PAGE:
Enrollment in Bachelor of Science degrees doubles over five-year period

Media Credit: Rachel Schwartz | Assistant Photo Editor

About 31 percent of undergraduates were pursuing a Bachelor of Science degree in 2022, a roughly 16 percent jump from 2017, as schools spearheaded more than 10 new programs.

The percentage of students pursuing Bachelor of Science degrees more than doubled over the past five years as GW’s schools rolled out at least 13 programs during the same time frame.

The number of students pursuing a Bachelor of Science degree leaped from 15 percent in 2017 to 31 percent of all students in 2022, according to enrollment dataSchools like the Elliott School of International Affairs, the School of Business and the Columbian College of Arts and Sciences spearheaded at least 13 new Bachelor of Science degree programs since 2017, according to a Hatchet analysis of degree offerings and enrollment data. 

Provost Chris Bracey said the rise in the number of students in Bachelor of Science degrees resulted from changes to how officials categorize majors, the launch of new degrees, an increase in the number of students double majoring with a STEM major and a rise in the number of students interested in STEM disciplines.

“Students have organically migrated to STEM disciplines, resulting in a natural increase in B.S. degree recipients,” he said in an email. “This could be attributable to subject matter interest, job prospects or any number of considerations.”

Former University President Thomas LeBlanc proposed a controversial initiative in September 2019 to increase the number of students in STEM majors to 30 percent and decrease the total number of undergraduates by 20 percent, but officials declared the plan “obsolete” in November 2020 due to the COVID-19 pandemic.

Faculty members who teach in the humanities and social sciences criticized LeBlanc’s plan in September 2020, saying the initiative could lead to “major” cuts to their departments.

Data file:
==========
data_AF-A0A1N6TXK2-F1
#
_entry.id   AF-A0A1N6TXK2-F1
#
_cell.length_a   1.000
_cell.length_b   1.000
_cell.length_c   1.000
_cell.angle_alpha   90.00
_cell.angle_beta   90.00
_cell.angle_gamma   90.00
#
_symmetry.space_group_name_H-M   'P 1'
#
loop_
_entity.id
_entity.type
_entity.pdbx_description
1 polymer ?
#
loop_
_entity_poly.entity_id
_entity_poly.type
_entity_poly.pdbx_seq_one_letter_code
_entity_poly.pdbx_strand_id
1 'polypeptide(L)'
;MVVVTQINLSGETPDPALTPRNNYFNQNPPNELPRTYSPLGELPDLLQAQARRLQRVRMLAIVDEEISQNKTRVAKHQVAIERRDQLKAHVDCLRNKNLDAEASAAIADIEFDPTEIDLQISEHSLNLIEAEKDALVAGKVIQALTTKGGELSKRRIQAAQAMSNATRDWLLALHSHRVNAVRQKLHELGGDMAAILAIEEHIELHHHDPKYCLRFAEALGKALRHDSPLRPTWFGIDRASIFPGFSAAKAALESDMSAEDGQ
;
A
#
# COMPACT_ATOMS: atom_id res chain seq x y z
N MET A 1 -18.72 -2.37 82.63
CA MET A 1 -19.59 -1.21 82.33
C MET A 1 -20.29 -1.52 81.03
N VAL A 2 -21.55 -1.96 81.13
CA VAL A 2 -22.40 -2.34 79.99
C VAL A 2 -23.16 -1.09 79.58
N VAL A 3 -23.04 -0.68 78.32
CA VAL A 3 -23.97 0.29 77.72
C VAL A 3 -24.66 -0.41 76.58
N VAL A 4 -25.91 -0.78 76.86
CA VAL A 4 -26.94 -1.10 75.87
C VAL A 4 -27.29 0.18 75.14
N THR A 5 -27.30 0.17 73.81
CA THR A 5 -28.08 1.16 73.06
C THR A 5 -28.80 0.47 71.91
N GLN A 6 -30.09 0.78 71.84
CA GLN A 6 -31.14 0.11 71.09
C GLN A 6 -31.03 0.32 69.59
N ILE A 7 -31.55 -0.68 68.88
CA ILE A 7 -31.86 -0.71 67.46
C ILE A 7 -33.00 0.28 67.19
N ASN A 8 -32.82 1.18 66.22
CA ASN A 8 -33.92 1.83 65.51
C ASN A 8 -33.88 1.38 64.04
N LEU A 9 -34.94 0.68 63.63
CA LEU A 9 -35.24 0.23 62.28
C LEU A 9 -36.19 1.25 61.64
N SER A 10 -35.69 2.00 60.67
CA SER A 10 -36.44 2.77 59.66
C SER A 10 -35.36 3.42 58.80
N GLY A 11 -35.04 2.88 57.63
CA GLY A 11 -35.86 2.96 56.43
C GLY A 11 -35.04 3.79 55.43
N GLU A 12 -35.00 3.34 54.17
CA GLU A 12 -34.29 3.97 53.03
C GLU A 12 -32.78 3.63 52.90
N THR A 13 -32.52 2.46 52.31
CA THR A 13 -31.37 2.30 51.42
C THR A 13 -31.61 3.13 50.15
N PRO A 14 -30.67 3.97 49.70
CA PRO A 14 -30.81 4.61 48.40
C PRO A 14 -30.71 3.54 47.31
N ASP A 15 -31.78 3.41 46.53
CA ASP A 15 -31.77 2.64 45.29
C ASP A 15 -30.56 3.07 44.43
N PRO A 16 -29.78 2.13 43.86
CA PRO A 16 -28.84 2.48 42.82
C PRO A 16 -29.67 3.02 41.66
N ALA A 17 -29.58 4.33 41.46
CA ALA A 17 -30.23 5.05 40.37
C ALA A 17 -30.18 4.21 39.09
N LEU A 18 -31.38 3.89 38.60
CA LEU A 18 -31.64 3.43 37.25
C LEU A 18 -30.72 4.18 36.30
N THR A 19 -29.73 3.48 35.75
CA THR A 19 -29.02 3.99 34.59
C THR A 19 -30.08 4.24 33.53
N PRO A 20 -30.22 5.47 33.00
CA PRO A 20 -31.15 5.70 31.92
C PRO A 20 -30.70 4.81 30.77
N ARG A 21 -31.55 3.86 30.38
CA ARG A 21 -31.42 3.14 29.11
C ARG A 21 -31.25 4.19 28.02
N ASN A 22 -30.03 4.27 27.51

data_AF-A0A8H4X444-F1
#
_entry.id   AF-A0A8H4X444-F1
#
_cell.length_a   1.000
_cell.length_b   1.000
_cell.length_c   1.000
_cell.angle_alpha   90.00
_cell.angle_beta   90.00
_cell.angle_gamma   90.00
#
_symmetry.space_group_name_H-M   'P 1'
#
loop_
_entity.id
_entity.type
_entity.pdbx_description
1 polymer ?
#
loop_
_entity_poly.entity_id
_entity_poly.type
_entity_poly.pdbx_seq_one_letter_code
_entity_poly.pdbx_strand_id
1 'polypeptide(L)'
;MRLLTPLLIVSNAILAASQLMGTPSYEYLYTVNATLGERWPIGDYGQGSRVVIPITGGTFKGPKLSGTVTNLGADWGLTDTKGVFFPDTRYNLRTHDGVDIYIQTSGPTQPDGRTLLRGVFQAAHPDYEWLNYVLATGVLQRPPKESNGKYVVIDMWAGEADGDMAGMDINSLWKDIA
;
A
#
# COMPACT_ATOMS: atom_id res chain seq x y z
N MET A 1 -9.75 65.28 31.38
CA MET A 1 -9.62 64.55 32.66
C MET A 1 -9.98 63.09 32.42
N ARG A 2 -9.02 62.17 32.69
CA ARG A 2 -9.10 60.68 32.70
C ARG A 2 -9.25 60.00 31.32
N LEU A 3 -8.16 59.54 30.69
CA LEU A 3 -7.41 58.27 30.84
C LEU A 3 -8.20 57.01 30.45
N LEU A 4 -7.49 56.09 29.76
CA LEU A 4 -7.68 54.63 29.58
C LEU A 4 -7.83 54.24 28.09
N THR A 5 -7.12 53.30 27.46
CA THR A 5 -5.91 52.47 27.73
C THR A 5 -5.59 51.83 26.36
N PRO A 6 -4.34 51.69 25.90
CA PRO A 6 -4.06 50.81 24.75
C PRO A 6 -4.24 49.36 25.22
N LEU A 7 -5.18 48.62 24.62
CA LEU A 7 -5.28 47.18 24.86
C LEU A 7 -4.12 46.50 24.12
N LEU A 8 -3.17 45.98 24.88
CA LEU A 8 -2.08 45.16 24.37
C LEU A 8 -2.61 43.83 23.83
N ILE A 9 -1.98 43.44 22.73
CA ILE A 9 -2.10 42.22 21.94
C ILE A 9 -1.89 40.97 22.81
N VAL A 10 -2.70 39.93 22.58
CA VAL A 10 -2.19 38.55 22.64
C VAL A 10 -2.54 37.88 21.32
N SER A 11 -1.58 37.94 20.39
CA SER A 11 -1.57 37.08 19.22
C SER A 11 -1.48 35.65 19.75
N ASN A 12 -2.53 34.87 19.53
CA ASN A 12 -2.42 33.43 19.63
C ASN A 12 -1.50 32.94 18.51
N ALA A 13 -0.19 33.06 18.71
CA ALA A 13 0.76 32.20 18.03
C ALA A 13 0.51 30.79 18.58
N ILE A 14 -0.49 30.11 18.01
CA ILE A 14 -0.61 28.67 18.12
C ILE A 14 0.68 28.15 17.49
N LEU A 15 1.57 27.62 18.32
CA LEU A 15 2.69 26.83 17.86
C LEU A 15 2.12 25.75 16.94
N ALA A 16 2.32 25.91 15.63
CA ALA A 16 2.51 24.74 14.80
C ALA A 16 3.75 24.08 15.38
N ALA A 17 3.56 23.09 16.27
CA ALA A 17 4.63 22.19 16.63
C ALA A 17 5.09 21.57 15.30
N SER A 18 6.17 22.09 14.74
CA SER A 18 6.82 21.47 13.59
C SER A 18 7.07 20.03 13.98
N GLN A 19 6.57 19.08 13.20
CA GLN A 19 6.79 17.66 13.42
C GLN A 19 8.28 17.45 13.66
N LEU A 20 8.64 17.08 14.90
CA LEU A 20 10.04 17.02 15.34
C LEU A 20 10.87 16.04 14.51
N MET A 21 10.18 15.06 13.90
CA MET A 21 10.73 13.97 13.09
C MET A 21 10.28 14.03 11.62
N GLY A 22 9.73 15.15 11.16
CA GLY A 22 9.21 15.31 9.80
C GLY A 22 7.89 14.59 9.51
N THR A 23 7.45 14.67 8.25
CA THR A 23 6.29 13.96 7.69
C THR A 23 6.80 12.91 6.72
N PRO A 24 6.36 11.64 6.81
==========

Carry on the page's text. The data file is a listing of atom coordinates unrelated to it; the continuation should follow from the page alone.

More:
The core STEM fields are engineering, biological and biomedical sciences, mathematics and statistics and physical sciences, according to the Department for Homeland Security. While Bachelor of Science degrees cover the core STEM fields, they can also apply to social sciences like political science and psychology, depending on the courses students take.

CCAS department chairs and program directors said they developed the Bachelor of Science degrees in response to heightened interest from students and a growing demand for STEM skills like computer programming and data science in the workforce.

David Rain, the chair of the geography department, said geography faculty launched the Bachelor of Science degree in environmental and sustainability science in fall 2021, which he said 34 students are currently pursuing.

Rain said faculty in the geography department launched the degree after noticing that some of their students were hesitant to engage with STEM content within the discipline while other students were interested in the intersection between STEM fields like biology and geography.

Rain said students are increasingly drawn to pursuing Bachelor of Science degrees because possessing STEM-related skills, like data analysis, increases their job prospects after college.

Nearly 3.5 million new STEM jobs will need to be filled by 2025, according to the Society for Human Resource Management.